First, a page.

Cline was part of the first panel which also included The Retired Enlisted Association's Deidre Parke Holleman, Retired Col Steve Strobridge, CBO's Sarah Jennings and Retired Master Chief Petty Officer Joseph Barnes.

Since, as Davis noted, the point was to hear about the issues, we'll again go to Cline who was speaking of the disparities in pay.

Retired Master Sgt Michael Cline: Well I think it would go a long way in solving any future retention problems that we have. You know anytime that we have a deployment, we have soldiers that come home, air man that come home, sailors and marines that come home and their families have said, "I've had enough, you know, I'm tired of you being gone." The employers are starting to get riled up. These service members are looking at their civilian careers and they're saying, "Every time I'm deployed, I'm losing money out of my 401 K. I'm losing part of my future retirement. The start of January 28, 2008 for that retroactivity, that was a great start. Your idea of for every two years of service, you get a year early retirement --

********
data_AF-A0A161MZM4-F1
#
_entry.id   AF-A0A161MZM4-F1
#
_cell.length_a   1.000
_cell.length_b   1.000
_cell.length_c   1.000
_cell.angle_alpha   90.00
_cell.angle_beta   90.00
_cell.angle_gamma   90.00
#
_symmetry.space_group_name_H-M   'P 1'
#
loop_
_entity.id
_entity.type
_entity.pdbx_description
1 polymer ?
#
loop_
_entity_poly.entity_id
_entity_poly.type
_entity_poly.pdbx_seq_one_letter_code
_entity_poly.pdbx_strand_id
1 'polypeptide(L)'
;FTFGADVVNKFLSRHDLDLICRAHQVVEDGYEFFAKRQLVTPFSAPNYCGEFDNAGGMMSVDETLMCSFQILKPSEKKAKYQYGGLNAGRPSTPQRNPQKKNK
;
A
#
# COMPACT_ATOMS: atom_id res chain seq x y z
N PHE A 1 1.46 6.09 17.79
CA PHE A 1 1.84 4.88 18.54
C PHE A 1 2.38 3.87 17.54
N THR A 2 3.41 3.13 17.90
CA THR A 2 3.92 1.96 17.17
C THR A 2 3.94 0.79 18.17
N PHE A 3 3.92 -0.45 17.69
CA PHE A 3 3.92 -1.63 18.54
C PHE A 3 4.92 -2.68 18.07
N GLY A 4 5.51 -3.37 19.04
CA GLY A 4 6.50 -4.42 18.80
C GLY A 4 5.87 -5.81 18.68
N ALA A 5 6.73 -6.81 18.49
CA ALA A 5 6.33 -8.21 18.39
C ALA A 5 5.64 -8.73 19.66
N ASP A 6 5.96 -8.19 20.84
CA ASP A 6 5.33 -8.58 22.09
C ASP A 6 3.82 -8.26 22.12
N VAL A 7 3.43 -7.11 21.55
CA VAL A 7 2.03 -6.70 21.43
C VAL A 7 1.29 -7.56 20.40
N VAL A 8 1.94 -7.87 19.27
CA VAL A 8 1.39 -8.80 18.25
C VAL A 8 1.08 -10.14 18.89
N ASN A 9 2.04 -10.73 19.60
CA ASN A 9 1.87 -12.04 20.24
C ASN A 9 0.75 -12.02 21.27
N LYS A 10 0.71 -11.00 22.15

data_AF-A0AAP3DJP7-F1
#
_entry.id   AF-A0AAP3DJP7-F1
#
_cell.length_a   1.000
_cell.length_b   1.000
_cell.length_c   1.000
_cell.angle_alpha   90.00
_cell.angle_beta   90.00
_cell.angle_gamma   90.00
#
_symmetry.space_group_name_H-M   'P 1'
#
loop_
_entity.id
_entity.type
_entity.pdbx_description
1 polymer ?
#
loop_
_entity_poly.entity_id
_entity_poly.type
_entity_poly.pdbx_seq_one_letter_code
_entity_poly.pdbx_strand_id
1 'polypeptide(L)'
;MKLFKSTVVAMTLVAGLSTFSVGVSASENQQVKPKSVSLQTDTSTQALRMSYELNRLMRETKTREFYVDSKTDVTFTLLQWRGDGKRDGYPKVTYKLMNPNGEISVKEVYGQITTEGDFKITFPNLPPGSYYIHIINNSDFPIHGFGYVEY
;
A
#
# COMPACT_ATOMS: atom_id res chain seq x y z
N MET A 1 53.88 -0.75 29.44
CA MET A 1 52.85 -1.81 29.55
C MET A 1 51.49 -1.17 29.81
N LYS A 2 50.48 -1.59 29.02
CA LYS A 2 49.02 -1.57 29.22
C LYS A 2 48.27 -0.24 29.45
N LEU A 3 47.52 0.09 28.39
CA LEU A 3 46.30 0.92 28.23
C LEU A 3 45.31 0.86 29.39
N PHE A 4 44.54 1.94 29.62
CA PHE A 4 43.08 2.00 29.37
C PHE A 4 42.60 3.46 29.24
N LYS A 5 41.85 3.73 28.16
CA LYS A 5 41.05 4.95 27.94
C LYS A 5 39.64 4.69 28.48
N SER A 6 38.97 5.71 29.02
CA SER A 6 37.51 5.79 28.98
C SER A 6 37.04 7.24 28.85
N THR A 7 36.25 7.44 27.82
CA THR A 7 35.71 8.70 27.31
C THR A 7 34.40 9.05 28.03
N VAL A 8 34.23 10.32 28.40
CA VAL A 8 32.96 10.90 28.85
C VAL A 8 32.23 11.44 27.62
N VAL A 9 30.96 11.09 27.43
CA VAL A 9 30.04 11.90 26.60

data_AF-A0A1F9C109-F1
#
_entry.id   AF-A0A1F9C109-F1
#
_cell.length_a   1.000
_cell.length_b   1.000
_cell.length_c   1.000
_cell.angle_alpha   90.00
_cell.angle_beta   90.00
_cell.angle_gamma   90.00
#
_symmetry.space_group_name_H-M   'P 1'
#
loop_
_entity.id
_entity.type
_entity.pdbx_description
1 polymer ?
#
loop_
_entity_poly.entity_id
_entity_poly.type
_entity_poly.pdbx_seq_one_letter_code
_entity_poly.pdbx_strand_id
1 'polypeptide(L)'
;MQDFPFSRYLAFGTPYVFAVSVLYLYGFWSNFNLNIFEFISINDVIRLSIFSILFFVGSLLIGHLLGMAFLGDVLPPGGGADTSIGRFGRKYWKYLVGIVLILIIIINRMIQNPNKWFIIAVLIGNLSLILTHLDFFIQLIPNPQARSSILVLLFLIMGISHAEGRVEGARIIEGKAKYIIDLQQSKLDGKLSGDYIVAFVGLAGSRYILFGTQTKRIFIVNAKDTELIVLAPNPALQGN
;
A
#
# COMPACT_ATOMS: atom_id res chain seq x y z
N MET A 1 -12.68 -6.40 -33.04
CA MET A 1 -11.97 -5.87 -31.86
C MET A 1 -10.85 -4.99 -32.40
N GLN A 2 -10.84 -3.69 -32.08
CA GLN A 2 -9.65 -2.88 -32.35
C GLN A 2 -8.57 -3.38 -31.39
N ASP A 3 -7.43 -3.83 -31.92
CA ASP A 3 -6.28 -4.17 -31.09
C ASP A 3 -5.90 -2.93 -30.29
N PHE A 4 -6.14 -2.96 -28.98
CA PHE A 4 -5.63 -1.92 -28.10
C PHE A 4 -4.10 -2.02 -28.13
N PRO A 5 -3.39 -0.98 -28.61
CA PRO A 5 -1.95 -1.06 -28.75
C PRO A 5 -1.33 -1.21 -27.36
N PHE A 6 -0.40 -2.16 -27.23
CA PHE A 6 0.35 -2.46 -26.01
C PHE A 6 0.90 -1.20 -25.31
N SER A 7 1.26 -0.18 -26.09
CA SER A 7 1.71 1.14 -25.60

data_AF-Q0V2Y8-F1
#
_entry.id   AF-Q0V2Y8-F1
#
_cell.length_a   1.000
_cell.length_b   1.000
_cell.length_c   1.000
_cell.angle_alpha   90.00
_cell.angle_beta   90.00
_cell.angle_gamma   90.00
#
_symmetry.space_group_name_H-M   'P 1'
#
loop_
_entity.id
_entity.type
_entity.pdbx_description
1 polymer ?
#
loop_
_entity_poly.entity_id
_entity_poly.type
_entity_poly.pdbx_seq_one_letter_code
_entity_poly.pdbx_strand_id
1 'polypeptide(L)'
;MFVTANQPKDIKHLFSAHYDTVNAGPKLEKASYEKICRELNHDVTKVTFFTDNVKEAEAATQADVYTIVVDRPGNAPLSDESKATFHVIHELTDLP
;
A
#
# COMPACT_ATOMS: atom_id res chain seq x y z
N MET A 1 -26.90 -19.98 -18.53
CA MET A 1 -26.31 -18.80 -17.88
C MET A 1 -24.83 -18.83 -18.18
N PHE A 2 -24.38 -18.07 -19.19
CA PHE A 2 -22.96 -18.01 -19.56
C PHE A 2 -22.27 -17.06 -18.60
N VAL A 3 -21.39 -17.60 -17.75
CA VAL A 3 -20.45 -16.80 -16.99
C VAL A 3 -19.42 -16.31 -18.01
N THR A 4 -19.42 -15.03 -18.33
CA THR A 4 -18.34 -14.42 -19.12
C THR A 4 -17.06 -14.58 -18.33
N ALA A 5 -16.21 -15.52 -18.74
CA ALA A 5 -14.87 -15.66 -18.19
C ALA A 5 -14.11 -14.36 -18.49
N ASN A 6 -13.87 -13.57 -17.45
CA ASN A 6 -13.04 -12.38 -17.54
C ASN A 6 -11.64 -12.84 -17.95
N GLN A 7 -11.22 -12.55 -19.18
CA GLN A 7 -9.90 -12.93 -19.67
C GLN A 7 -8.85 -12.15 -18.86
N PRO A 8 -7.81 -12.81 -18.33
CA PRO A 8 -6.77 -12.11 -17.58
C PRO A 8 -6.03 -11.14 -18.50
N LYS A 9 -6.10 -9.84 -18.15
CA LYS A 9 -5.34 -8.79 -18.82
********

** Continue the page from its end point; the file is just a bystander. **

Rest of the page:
Ranking Member Joe Wilson: [Every year] Over 20.

Retired Master Sgt Michael Cline: You know, we've been fighting, I've been doing this for 21 years and for 21 years we have been trying to get the H55 retirement. You know, every place you go -- in fact, I talked to a group of chief master sergeants yesterday, and that's the first thing out of their mouth -- the retroactively or the early retirement. "When are we going to see this?" And unfortunately the public doesn't understand mandatory spending and discretionary spending. When they see $750 billion given to banks and auto makers, or $3 billion in three weeks to clear carlots, a trillion dollars for health care -- they don't understand that it's a different pot of money. We do because we work it every day and try to explain it to our members. But they're the tax payers, they're the voter, they're sitting there saying, "Hey, I've done my service but you're not recognizing me. You know, I've rotated twice before Januay 28, 2008 and you're not recognizing my service." It's like you're sticking them in the side with an ice pick.

There were two panels that the Subcomittee heard from and the second panel was composed of Gold Star Wives Suzanne Stack and Margaret McCloud. Kat's grabbing some of Suzanne Stack's testimony (at her site tonight) so we'll go with Margaret McCloud for the snapshot.